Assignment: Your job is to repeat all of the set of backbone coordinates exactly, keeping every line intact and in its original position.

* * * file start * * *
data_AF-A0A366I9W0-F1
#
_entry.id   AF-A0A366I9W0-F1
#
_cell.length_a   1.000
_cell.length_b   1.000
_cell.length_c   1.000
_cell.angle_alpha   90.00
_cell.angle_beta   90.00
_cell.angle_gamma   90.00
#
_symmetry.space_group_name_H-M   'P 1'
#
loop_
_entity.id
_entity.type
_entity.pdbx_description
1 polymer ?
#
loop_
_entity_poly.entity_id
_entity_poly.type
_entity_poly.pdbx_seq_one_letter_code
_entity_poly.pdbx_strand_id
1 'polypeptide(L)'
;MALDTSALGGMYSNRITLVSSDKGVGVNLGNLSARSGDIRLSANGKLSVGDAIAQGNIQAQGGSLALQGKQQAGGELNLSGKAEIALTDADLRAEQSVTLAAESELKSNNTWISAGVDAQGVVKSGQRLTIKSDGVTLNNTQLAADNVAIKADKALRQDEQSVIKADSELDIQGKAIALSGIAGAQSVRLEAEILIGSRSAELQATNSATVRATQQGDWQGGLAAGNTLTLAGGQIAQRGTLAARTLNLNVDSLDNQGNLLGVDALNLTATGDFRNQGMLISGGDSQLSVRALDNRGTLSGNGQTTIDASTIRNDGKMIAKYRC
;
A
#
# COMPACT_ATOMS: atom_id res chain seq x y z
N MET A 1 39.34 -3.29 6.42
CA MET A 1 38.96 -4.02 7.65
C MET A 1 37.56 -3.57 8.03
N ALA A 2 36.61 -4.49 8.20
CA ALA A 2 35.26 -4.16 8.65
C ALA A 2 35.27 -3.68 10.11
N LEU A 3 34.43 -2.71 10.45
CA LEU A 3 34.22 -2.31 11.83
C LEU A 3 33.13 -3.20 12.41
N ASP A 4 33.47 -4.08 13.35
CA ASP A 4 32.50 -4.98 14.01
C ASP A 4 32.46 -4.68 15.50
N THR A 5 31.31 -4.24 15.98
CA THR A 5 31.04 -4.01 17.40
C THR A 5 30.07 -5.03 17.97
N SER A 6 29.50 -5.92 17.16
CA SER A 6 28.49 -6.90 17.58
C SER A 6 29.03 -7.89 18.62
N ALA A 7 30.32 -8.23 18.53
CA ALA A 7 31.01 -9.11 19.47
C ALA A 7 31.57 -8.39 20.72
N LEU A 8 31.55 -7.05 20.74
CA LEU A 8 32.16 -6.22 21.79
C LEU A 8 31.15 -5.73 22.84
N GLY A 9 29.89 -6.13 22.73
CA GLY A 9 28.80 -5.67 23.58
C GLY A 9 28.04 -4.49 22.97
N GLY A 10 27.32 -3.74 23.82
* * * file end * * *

data_AF-A0A366I9W0-F1
#
_entry.id   AF-A0A366I9W0-F1
#
_cell.length_a   1.000
_cell.length_b   1.000
_cell.length_c   1.000
_cell.angle_alpha   90.00
_cell.angle_beta   90.00
_cell.angle_gamma   90.00
#
_symmetry.space_group_name_H-M   'P 1'
#
loop_
_entity.id
_entity.type
_entity.pdbx_description
1 polymer ?
#
loop_
_entity_poly.entity_id
_entity_poly.type
_entity_poly.pdbx_seq_one_letter_code
_entity_poly.pdbx_strand_id
1 'polypeptide(L)'
;MALDTSALGGMYSNRITLVSSDKGVGVNLGNLSARSGDIRLSANGKLSVGDAIAQGNIQAQGGSLALQGKQQAGGELNLSGKAEIALTDADLRAEQSVTLAAESELKSNNTWISAGVDAQGVVKSGQRLTIKSDGVTLNNTQLAADNVAIKADKALRQDEQSVIKADSELDIQGKAIALSGIAGAQSVRLEAEILIGSRSAELQATNSATVRATQQGDWQGGLAAGNTLTLAGGQIAQRGTLAARTLNLNVDSLDNQGNLLGVDALNLTATGDFRNQGMLISGGDSQLSVRALDNRGTLSGNGQTTIDASTIRNDGKMIAKYRC
;
A
#
# COMPACT_ATOMS: atom_id res chain seq x y z
N MET A 1 39.34 -3.29 6.42
CA MET A 1 38.96 -4.02 7.65
C MET A 1 37.56 -3.57 8.03
N ALA A 2 36.61 -4.49 8.20
CA ALA A 2 35.26 -4.16 8.65
C ALA A 2 35.27 -3.68 10.11
N LEU A 3 34.43 -2.71 10.45
CA LEU A 3 34.22 -2.31 11.83
C LEU A 3 33.13 -3.20 12.41
N ASP A 4 33.47 -4.08 13.35
CA ASP A 4 32.50 -4.98 14.01
C ASP A 4 32.46 -4.68 15.50
N THR A 5 31.31 -4.24 15.98
CA THR A 5 31.04 -4.01 17.40
C THR A 5 30.07 -5.03 17.97
N SER A 6 29.50 -5.92 17.16
CA SER A 6 28.49 -6.90 17.58
C SER A 6 29.03 -7.89 18.62
N ALA A 7 30.32 -8.23 18.53
CA ALA A 7 31.01 -9.11 19.47
C ALA A 7 31.57 -8.39 20.72
N LEU A 8 31.55 -7.05 20.74
CA LEU A 8 32.16 -6.22 21.79
C LEU A 8 31.15 -5.73 22.84
N GLY A 9 29.89 -6.13 22.73
CA GLY A 9 28.80 -5.67 23.58
C GLY A 9 28.04 -4.49 22.97
N GLY A 10 27.32 -3.74 23.82